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Subject: Re: [boost] [coroutine][review] Very Late Review
From: Giovanni Piero Deretta (gpderetta_at_[hidden])
Date: 2012-09-18 19:47:11

On Tue, Sep 18, 2012 at 10:45 PM, Eugene Yakubovich

> On Mon, Sep 17, 2012 at 11:24 AM, Giovanni Piero Deretta
> > I like the idea that has been proposed during the review that the result
> of
> > a coroutine should be retrivable at any time via a get method. I dislike
> > the proposed optional<T> result for operator(). If the previous delayed
> > result functionality is implemented, operator() should just return *this,
> > so that the subsequent get() call can be chained or the result tested for
> > non empty. This change has the potential of deeply affecting the
> interface,
> > so I would really like to see it subject to a mini review before
> acceptance.
> In this case, get() or operator* (like in your sketch impl) should
> return T&, not T. Otherwise you get a surprise move:
> T x = *c; // OK, value has been moved into x.
> T y = *c; // y contains an empty value

Yes, definitely, get() should return a reference. BTW, I initially thought
that operator* and operator++ would work well for the coroutine interface,
to mimic the iterator interface, but I think it was a mistake. An explicit
get() is better.

> >
> > It has been suggested that coroutine::self be removed an have a thread
> > specific object. I strongly disagree with this option. First of all it
> will
> > make it too easy to break type safety:
> >
> > typedef this_coroutine<int(int)> this_coro;
> >
> > typedef this_coroutine<void()> that_coro;
> >
> > coroutine<int(int)>([]{
> > that_coro::yield(); // oops compiles fine, UB at runtime.
> > });
> >
> This is a good point. I now think I'd prefer type safety here so I
> agree that using a thread specific object is bad.
Help me convince Oliver then ;).
> This means that the parameter no longer represent the coroutine itself,
> but, more logically, the caller coroutine. This makes very obvious the
> analogy between coroutines and channels. It also blurs the division
> symmetric and asymmetric coroutines. Bonus points if you had a function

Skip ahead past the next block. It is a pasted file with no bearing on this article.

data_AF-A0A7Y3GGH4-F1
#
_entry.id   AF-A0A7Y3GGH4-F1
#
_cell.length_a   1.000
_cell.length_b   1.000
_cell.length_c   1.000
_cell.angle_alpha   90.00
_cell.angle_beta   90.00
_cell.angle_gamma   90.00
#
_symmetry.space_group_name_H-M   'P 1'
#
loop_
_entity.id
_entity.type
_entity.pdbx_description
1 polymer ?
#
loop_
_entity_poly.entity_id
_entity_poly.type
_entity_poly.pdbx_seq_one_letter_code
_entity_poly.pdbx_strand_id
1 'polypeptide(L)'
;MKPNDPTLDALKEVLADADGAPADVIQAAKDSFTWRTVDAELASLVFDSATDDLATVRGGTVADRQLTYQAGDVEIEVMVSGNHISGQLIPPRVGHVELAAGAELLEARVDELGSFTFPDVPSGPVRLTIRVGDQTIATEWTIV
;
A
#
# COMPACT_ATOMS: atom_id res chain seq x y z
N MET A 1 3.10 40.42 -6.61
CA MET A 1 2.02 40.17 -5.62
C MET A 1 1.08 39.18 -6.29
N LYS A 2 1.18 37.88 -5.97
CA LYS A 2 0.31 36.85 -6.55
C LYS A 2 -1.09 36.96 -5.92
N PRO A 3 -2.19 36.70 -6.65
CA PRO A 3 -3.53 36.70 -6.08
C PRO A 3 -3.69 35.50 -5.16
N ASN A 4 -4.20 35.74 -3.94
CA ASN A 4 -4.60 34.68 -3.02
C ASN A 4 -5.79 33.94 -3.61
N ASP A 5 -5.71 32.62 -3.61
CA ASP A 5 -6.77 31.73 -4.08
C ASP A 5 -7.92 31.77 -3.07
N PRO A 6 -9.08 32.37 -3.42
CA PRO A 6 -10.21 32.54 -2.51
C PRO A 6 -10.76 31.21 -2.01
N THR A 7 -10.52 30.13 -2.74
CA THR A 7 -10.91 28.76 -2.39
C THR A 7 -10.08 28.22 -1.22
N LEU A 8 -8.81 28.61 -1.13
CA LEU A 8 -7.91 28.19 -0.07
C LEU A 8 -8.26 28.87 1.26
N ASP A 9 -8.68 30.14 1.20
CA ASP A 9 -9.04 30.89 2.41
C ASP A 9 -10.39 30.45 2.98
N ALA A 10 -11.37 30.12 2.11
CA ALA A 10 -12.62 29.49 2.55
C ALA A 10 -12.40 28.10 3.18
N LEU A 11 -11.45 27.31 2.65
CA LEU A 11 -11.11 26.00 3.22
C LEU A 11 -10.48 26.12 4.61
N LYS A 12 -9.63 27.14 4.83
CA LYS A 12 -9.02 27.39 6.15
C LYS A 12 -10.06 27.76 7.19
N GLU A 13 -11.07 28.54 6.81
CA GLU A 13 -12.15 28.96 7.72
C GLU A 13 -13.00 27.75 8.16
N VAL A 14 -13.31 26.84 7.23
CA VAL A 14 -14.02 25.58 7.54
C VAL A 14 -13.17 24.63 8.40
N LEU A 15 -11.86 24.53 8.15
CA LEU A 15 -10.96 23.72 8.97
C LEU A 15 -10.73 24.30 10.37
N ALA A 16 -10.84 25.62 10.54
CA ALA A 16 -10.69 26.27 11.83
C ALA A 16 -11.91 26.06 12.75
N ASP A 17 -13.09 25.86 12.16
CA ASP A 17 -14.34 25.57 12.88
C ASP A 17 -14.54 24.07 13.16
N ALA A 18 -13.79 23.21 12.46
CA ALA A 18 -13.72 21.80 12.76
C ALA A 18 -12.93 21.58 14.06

> that infers the coroutine singnature from the coroutine functor operator()
> (I like to call this function callcc for obvious reasons [
> auto my_coroutine = callcc([](coroutine<void(int)> caller) { ... } );

I agree that there're similarities with call/cc but I'm not sure it's
> exactly the same. call/cc returns the "yielded" value, not a
> coroutine. It only returns a coroutine if the "yield" was bundled with
> another call to call/cc. So to avoid the confusion, a different name
> might be best.

Also technically what it captures is not a full continuation but a one shot
continuation so the name is misleading; the literature uses callcc1 for
them. The name is a bit obscure and it was an half joke anyway.

> > I do not like the separation between coroutines and generators. Instead
> the
> > generator class should be dropped. The reason that I had generator as a
> > separate class in the original coroutine SoC is because I wanted to give
> it
> > iterator semantics (this also required internally using a reference
> counted
> > pointer to make the iterator copiable, which I disliked). Instead I
> propose
> > to make every coroutine<T()> fulfill the the input range concept and
> every
> > coroutine<void(T)> fulfill the output range concept (this is a
> > functionality not covered by generators).
> While I like this suggestion, I worry that having one template
> specialization model one concept and another specialization model
> another concept (Input and Output iterators) might be too confusing.

It is not unlike an std::function<void(T)> modelling an UnaryFunction and
an std::function<T()> modelling a Generator.

> >
> > The last suggestion works very well if coupled with the suggestion of
> > making 'self' a full coroutine:
> >
> > std::vector<int> a = { ... };
> > std::vector<int> b = { ... };
> >
> > std::cout << "The result of 'merge(a,b) is:\n";
> > for(auto x : callcc([&](coroutine<void(int)> c) { std::merge(a.begin(),
> > a.end(), b.begin(), b.end(), c.begin()); })
> > {
> > std::cout << x << "\n";
> > }
> >
> This does look compelling.
> Also, the sketch implementation's continuation class is copyable.

the continuation in my sketch is movable only:

97: continuation(const continuation&) = delete;

> It would also be great if the coroutine function could return void
> instead of making the user return (moved) coroutine. I understand why
> it's needed from the implementation point of view but I wonder if
> there's a way around it.

I thought about it, but I couldn't find any way around. As a plus it allows
a few tricks like exiting to a different continuation than the caller.
Anyways, I think it becomes natural after a while. Also note that you do
not really need the explicit move on return in c++11.


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